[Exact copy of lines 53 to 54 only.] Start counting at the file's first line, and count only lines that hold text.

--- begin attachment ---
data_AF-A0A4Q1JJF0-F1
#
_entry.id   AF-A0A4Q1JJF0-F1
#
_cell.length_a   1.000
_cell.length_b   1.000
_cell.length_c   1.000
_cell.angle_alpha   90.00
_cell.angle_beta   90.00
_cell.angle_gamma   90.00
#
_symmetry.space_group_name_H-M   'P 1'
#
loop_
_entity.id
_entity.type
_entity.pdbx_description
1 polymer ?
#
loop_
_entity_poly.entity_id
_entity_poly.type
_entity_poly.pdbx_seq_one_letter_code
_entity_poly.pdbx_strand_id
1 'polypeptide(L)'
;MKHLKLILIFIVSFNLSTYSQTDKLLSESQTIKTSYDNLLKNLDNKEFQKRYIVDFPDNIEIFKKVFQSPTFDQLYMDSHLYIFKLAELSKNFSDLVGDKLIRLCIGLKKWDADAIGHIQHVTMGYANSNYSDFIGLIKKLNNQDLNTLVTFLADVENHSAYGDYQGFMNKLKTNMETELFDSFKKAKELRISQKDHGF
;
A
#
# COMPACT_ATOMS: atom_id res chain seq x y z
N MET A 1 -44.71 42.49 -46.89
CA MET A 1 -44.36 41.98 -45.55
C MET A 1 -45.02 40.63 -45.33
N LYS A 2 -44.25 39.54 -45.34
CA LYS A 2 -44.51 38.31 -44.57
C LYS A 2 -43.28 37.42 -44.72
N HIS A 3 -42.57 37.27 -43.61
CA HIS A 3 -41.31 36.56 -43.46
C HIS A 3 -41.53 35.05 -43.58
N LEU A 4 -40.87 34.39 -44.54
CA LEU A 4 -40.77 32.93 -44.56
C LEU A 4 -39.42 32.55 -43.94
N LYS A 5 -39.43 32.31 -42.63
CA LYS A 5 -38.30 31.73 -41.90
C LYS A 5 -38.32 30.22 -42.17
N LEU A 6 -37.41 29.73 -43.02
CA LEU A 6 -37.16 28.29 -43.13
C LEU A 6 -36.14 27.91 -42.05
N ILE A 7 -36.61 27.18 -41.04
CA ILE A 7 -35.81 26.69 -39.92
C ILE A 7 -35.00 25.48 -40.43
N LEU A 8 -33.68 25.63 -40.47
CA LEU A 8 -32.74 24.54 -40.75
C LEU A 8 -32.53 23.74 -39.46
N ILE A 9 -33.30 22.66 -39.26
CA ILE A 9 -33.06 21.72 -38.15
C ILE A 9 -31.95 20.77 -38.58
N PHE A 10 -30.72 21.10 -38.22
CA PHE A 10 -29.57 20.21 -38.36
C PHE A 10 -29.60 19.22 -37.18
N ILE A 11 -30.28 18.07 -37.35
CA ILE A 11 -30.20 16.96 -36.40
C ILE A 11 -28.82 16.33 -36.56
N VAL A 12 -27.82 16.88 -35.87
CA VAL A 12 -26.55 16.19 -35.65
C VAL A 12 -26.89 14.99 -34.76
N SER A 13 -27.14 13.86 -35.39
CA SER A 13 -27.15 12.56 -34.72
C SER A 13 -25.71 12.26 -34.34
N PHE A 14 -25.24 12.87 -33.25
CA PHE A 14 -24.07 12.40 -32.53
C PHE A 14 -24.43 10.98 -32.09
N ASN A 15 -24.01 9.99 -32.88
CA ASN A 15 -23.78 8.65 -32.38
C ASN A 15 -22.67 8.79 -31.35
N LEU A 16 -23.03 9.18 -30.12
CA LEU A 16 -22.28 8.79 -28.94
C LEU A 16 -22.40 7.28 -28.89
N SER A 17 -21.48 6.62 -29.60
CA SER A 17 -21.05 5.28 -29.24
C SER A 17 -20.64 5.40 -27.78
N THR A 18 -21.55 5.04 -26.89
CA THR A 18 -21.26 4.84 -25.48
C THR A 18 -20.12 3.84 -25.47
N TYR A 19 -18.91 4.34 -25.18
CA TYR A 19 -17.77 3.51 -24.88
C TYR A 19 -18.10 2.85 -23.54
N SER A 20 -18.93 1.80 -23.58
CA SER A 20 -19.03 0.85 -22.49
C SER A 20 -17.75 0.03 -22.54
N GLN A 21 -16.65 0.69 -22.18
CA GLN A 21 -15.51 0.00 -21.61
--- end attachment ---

CA LEU A 8 -32.74 24.54 -40.75
C LEU A 8 -32.53 23.74 -39.46